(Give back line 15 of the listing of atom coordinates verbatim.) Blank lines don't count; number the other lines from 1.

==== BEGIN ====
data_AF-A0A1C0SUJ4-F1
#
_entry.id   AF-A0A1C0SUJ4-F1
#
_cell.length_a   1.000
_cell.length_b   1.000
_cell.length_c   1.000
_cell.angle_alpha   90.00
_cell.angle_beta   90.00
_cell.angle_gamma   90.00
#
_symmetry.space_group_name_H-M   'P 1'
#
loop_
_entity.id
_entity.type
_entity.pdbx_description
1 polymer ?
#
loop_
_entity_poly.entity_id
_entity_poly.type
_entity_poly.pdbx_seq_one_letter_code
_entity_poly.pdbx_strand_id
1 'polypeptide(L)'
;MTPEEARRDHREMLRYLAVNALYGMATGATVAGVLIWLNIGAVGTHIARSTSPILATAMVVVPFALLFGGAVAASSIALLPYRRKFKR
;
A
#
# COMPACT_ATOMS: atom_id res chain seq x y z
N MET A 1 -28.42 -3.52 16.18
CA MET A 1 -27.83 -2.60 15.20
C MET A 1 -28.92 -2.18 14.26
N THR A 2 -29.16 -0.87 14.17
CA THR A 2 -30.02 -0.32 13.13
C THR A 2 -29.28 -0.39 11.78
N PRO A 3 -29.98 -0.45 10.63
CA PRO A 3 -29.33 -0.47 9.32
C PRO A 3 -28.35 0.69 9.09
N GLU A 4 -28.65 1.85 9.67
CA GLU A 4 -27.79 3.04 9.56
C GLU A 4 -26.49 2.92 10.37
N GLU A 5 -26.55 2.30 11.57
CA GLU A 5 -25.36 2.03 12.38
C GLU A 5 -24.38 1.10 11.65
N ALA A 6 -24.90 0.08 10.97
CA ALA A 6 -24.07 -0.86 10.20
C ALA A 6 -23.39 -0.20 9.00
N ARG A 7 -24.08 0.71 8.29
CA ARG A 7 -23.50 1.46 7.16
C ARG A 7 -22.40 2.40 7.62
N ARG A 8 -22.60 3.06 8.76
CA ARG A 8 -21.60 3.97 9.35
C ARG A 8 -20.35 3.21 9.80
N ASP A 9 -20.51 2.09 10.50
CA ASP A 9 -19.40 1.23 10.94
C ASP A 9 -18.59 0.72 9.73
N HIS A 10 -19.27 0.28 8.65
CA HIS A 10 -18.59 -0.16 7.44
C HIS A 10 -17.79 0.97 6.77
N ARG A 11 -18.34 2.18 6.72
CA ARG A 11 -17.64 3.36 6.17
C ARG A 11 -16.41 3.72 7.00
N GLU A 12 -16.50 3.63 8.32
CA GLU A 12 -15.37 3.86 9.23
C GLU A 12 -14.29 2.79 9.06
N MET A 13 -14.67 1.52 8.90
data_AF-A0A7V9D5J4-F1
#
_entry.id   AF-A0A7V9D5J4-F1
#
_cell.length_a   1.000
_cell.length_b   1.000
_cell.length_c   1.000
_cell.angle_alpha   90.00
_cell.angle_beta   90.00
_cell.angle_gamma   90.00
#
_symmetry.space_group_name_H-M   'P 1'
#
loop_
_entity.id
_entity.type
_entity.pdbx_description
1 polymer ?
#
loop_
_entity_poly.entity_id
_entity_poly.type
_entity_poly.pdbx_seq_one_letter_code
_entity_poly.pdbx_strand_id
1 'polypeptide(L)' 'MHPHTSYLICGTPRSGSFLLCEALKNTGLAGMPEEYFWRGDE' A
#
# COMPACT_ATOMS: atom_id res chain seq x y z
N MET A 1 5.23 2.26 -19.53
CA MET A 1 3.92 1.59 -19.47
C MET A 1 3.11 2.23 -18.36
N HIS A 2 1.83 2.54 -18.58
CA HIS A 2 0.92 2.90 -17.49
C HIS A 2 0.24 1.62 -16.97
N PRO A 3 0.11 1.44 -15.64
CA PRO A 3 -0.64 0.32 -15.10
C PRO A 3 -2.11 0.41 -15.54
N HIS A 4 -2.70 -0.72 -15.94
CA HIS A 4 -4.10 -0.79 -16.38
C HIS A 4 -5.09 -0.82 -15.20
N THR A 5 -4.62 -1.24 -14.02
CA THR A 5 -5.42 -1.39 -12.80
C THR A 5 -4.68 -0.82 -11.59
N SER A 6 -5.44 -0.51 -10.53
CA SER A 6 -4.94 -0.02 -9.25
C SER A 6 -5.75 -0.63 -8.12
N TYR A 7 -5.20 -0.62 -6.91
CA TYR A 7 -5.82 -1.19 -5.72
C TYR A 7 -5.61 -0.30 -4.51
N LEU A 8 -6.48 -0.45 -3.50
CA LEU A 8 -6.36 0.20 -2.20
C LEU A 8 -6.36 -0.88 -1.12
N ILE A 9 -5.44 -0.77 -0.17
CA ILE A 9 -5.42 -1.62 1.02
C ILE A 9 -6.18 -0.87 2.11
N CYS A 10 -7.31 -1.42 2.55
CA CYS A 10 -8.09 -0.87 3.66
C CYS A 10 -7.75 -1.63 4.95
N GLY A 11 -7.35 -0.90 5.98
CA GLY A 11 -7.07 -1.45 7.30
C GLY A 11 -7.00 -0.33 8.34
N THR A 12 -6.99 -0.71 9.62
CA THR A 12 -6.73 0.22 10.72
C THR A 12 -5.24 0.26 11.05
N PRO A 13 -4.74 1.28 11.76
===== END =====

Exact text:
_entity.id